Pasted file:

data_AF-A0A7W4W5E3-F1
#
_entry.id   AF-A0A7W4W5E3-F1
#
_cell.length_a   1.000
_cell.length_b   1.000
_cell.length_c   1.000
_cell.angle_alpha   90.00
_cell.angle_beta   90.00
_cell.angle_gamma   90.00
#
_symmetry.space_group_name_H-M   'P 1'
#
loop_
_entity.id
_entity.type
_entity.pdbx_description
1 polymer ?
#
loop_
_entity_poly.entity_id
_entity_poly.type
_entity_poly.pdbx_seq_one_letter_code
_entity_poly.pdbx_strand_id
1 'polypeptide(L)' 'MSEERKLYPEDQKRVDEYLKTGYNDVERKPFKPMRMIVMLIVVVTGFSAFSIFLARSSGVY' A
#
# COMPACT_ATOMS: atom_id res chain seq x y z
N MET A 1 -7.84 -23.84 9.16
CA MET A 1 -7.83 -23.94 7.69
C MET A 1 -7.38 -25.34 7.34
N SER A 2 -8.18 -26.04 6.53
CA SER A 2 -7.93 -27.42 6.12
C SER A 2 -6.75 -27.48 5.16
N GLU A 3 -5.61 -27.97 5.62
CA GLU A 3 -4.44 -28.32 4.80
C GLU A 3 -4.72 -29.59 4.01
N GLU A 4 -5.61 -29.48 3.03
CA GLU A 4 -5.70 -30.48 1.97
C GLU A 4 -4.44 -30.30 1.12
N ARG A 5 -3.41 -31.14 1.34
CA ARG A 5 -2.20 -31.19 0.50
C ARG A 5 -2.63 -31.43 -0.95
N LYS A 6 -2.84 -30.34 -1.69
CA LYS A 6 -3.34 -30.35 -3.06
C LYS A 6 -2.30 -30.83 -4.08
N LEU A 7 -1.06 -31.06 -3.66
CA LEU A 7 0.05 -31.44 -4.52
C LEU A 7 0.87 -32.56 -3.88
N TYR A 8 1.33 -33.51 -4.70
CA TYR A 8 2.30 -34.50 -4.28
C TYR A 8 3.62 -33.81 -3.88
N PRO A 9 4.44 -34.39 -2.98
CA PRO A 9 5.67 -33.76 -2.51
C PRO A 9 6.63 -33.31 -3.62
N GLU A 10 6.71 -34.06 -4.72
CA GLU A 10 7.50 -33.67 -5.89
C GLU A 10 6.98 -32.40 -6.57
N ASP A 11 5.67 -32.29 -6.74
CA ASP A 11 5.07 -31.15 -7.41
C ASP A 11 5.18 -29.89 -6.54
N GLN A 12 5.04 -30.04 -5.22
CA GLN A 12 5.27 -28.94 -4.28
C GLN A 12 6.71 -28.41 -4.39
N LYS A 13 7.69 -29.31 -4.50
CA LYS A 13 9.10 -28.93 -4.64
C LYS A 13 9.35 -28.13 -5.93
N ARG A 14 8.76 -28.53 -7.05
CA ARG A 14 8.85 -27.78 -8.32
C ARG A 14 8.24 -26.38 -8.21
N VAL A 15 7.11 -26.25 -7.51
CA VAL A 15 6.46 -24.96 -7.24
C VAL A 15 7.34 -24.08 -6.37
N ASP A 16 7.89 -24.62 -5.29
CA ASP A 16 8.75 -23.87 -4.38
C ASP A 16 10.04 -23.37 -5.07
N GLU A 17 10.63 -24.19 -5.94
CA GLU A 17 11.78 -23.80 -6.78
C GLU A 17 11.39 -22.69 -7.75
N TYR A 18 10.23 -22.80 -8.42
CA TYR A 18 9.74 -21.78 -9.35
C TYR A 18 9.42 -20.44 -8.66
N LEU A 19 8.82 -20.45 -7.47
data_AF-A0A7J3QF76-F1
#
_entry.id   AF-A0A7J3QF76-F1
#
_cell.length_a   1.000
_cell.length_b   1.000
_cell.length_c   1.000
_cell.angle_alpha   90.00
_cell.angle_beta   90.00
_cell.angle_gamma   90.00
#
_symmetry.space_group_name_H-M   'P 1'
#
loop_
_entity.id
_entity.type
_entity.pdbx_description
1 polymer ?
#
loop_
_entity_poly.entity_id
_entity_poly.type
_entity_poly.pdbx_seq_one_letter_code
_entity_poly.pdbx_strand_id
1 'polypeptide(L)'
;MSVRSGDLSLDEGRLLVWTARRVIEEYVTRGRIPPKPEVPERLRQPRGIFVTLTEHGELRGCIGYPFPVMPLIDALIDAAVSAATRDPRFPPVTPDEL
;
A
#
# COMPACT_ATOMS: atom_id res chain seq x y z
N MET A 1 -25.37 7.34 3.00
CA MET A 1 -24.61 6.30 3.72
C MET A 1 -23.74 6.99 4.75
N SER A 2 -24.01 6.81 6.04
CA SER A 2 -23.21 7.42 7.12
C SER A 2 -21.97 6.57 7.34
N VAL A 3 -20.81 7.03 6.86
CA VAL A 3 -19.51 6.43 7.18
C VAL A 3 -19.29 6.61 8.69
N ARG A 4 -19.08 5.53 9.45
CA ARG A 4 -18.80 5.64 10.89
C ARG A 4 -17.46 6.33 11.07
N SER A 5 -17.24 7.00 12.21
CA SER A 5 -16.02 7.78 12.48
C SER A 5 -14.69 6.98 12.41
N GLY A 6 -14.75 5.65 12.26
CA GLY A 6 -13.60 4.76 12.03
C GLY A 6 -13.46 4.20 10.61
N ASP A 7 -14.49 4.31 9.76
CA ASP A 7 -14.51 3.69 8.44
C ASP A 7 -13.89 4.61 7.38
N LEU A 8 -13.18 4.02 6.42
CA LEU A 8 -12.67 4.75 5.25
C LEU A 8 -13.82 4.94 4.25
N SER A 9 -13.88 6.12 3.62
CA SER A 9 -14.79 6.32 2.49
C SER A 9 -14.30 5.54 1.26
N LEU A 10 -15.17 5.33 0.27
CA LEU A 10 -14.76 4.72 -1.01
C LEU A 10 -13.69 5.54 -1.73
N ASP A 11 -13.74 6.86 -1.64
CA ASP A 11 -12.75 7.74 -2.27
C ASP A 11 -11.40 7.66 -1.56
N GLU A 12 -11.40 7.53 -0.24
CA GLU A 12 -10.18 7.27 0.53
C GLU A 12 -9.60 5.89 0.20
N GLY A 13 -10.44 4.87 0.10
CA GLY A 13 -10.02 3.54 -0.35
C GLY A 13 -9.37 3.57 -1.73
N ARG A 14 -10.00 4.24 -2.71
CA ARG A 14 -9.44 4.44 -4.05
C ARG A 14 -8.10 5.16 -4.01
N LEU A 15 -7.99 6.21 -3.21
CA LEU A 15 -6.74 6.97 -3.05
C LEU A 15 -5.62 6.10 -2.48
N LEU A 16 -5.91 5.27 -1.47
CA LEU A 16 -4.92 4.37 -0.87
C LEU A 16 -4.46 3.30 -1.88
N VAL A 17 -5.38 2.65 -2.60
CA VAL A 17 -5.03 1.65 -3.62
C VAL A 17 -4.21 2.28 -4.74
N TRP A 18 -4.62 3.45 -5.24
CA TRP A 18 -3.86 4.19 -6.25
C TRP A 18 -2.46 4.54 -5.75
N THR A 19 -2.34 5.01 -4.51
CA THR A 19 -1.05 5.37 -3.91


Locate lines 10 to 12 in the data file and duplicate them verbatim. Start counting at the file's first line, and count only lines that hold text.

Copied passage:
_cell.angle_gamma   90.00
#
_symmetry.space_group_name_H-M   'P 1'